“African-Americans, particularly men and those of lower income, are at a higher risk of more social and legal consequences associated with drinking and other substance use,” said Tamika Zapolski, an associate professor of clinical psychology at Indiana University-Purdue University, Indianapolis. “They are more likely to experience negative health complications and be arrested and convicted.”

For example, one study found that Black (and Hispanic) drinkers are 1.5 times more likely to report adverse social consequences from drinking compared with their white non-Hispanic counterparts. These results support earlier findings of significant racial disparities in alcohol-related consequences. Some studies attribute this to increased policing in lower-income Black neighborhoods.

Native Americans have experienced the highest rates of alcohol-related deaths, which have been on the rise since 2000. According to a JAMA study, Native Americans’ alcohol misuse can be traced to “poverty, family history of alcohol use disorder, availability of alcohol at a younger age,” as well as stress from historical trauma. The death rate in 2016 was 113.2 per 100,000 for Native American men and 58.8 per 100,000 for Native American women.

For other groups per 100,000, the death rate was 4.4 and 1.0 for Asian-American and Pacific Islander men and women; 13.8 and 4.6 for Black men and women; 21.9 and 4.7 for Hispanic American men and women; and 18.2 and 7.6 for white men and women.

While there has been an overall increase in such deaths among Asian-Americans, the trends in alcohol consumption tend to diverge by national origin. Among Asian-American and Pacific Islander populations, U.S.-born individuals have higher rates of alcohol abuse than their first-generation immigrant counterparts, which may be because of cultural assimilation, among other factors.

The enculturation process may have also had an impact on young Hispanic women, who are experiencing an increase in alcohol consumption and have the third-highest rates of female alcohol-related deaths, after Native American and white women.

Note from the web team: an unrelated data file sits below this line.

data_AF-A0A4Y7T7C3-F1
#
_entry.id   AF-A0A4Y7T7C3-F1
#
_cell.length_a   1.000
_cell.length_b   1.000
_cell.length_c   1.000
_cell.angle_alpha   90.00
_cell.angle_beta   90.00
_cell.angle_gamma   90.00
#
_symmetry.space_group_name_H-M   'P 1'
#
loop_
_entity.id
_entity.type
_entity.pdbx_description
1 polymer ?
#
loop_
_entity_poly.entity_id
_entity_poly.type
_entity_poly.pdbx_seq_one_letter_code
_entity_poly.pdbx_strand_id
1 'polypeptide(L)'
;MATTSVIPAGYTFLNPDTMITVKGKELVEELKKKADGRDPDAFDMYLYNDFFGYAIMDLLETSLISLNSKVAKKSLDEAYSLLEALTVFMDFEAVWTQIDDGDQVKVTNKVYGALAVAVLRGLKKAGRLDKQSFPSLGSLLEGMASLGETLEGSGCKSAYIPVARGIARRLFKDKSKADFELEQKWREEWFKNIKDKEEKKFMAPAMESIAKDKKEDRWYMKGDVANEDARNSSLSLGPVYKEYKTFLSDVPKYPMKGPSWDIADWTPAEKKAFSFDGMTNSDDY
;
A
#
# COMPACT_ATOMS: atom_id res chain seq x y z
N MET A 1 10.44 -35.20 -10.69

In the past two decades, women died of alcoholic liver disease on average two to three years earlier than men, even though they generally had longer life expectancies. During the pandemic, they have experienced a 41 percent increase in heavy drinking episodes, a survey study showed. (The C.D.C. definition of binge drinking for women is four or more drinks over two hours.)

“Over the past two decades, underage females were exposed to and suffered the effects of alcohol marketing,” said David Jernigan, professor of health law, policy and management at the Boston University School of Public Health, who has researched the relationship between alcohol marketing and consumption of alcohol.

“Specific products and product categories were created primarily for females: sweeter, fizzier, and marketed as more ‘feminine’ drinks,” he said.

More than boys and young men, girls and young women are drawn to so-called alcopops — flavored, often fruity, alcoholic beverages — fueling their popularity, according to one study. Women absorb more alcohol than men when drinking equivalent amounts because it takes longer for them to metabolize it, so the risk of harm is higher.

“We are seeing the consequences now, with increasing rates of cirrhosis and liver cancer deaths for women being the canary in the coal mine for a range of negative effects,” Professor Jernigan said.